to a boil over high heat, then reduce the heat and let simmer until reduced
to about 2 cups. Strain and reserve; this is the turkey stock that you will
use for the gravy.
Wash the turkeys, inside and out, and dry well. Coat each turkey, inside
and out, with 1/4 cup of the olive oil. Season each turkey on the outside
with a tablespoon or two of the Citrus Rosemary Salt, pressing it in to
adhere. Place 4 rosemary sprigs and 2 lemon halves inside the cavity of
each turkey.
Arrange 4 of the halved carrots and 4 celery stalks on each of 2 half-
sheet pans (use baking sheets with a lip). [Chef Chiarello explains on the
show why he chooses to use this type baking pan rather than a traditional
roasting pan... the short version is that it keeps the breast from drying out
so quickly during the roasting process. Makes sense to me!] Position each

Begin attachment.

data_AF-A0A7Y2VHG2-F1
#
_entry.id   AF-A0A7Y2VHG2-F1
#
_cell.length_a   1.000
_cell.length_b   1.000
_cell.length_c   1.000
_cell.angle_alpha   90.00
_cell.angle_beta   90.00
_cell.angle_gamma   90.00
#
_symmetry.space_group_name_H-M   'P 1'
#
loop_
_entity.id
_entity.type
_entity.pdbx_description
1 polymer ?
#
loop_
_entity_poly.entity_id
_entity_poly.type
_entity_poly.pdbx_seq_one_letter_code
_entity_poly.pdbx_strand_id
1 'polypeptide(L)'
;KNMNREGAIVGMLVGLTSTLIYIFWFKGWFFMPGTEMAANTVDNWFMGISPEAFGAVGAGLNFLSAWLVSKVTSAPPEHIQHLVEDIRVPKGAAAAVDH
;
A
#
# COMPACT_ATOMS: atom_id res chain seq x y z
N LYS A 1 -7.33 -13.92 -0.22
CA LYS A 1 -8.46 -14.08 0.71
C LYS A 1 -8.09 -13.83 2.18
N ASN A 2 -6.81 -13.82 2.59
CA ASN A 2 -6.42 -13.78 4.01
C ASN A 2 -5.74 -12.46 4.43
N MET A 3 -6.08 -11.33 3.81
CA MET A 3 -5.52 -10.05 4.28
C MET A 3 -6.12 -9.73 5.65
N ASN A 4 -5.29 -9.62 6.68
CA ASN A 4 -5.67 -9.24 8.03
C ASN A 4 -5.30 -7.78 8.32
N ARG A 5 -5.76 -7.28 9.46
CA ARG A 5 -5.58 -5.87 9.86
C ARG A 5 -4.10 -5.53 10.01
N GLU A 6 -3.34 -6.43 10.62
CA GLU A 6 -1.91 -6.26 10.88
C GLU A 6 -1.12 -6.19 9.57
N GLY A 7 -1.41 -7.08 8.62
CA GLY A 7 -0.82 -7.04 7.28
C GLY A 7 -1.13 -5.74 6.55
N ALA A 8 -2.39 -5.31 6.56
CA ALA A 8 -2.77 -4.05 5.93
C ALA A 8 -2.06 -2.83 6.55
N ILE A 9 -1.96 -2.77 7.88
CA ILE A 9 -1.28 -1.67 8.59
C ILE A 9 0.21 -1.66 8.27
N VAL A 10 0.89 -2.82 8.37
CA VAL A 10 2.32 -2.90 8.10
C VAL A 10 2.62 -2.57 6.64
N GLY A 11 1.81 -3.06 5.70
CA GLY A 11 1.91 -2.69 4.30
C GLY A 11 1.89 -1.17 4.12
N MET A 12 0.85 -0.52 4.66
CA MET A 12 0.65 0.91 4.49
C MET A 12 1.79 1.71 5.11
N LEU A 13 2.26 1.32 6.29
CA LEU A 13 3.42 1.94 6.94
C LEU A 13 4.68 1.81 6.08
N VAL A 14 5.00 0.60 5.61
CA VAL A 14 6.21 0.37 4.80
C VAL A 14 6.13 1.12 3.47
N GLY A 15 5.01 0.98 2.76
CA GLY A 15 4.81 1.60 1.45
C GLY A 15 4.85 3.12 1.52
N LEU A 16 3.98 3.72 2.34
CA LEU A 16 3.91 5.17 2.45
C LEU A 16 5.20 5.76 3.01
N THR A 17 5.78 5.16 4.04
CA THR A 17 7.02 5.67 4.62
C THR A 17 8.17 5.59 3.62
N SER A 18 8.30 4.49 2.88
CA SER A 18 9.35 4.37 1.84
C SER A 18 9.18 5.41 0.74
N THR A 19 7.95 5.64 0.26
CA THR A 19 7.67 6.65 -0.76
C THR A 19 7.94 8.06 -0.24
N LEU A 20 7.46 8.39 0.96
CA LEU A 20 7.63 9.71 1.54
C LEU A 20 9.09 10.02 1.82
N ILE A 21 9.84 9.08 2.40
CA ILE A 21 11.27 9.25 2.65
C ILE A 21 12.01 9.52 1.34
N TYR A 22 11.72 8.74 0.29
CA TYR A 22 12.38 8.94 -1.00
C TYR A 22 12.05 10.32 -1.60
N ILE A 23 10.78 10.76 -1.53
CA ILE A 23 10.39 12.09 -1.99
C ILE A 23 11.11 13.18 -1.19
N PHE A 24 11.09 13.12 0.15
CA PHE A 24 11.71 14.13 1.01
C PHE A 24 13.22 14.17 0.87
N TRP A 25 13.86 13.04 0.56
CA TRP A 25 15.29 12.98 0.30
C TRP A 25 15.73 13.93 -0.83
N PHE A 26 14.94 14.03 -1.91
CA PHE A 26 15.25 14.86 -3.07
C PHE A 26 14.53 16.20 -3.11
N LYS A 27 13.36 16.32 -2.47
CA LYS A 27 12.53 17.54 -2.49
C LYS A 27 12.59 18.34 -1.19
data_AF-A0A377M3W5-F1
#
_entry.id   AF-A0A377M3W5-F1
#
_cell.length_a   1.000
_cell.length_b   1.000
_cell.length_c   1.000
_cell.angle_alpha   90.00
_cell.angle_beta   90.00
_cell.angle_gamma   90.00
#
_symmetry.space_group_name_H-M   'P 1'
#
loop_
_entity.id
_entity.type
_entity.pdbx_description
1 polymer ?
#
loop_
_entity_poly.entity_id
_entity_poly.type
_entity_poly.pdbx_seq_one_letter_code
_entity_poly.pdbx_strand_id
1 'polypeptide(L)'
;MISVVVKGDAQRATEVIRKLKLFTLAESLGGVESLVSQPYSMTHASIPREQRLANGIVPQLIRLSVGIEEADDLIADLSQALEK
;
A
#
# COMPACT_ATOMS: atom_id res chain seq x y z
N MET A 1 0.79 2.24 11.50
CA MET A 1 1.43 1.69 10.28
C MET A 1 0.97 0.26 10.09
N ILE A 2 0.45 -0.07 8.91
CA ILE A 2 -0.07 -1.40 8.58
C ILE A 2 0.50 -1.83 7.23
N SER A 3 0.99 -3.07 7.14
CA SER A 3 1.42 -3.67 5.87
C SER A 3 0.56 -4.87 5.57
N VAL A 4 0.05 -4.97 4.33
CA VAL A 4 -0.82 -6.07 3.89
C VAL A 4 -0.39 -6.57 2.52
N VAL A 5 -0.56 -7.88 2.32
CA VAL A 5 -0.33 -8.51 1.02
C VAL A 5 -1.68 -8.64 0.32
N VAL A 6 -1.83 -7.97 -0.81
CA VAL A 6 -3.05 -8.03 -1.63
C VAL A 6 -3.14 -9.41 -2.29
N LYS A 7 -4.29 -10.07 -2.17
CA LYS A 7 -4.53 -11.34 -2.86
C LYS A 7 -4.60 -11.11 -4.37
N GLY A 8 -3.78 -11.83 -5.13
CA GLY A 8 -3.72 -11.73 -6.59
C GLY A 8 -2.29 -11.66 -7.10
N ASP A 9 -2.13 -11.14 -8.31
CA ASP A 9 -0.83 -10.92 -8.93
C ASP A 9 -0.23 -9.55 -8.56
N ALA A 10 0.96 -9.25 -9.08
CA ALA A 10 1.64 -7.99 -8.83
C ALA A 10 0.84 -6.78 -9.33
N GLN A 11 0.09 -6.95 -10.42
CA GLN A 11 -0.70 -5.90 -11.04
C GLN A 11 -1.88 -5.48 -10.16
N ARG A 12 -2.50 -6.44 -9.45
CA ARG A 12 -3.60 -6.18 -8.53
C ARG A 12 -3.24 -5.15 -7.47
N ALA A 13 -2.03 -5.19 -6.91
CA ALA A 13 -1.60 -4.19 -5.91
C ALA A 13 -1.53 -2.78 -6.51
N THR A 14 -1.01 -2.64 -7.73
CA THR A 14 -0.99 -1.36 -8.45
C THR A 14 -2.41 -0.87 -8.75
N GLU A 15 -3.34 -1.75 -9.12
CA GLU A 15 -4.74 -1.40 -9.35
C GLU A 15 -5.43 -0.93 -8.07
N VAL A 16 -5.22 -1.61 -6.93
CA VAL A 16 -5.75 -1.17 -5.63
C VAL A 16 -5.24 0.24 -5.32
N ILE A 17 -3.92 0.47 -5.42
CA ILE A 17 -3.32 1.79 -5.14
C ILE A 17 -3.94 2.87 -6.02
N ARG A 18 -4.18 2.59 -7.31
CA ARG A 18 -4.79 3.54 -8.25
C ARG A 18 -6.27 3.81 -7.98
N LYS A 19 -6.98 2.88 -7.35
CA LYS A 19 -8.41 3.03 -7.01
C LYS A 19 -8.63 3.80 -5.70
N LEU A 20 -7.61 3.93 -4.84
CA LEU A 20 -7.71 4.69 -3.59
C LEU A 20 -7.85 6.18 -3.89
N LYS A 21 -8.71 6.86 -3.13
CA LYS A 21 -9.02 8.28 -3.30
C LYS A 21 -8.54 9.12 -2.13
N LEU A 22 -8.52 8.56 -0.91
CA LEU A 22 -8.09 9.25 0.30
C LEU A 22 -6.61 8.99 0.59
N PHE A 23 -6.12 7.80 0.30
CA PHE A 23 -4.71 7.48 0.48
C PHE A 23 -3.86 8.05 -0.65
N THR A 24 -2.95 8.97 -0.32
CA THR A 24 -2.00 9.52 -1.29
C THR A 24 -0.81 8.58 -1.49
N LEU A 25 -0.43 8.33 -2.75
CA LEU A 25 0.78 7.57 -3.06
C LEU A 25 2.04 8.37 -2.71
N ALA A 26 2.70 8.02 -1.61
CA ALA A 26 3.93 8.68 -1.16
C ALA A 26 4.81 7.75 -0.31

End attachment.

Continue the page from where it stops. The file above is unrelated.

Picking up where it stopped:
turkey on top of the carrots and celery so that the turkey does not rest
directly on the bottom of the pan. Drizzle turkeys with remaining olive oil.
Roast until an instant-read thermometer (inserted deep into the thigh but
away from the bone) reads 165 degrees F and juices in the thigh run clear
when pierced with a fork, about 2 to 2 1/2 hours; begin checking at 2
hours. Remove from the pans and let rest for 15 minutes before carving.
Reserve pan juices for gravy.
While turkeys are resting, make the gravy. In a medium saucepan, melt
the butter and add the flour. Whisk over medium heat for 3 to 4 minutes,
or until a smooth, blond-colored mixture is formed. Add the reserved tur-
key stock and pan juices and bring to a boil over high heat. Reduce the
heat and let simmer until thickened and ready to serve. Season, to taste.
Carve turkey and serve with gravy.

Sounds terrific! But let's just say you are not into citrus rosemary salt and would prefer something just a tad more exotic. Not to worry, Chef Chiarello's still got
you covered. Proceed as in the recipe above, substituting

Fennel Spice Rub:
1 cup fennel seeds
3 tablespoons coriander seeds
2 tablespoons white peppercorns
3 tablespoons kosher salt

for the Citrus Rosemary Salt, and using the Fennel Spice Rub to season each
turkey, pressing it in to adhere.
And BTW, we noticed when comparing Chef Chiarello's two Whole Roasted
Turkey recipes that the Fennel Spice turkey recipe called for the addition of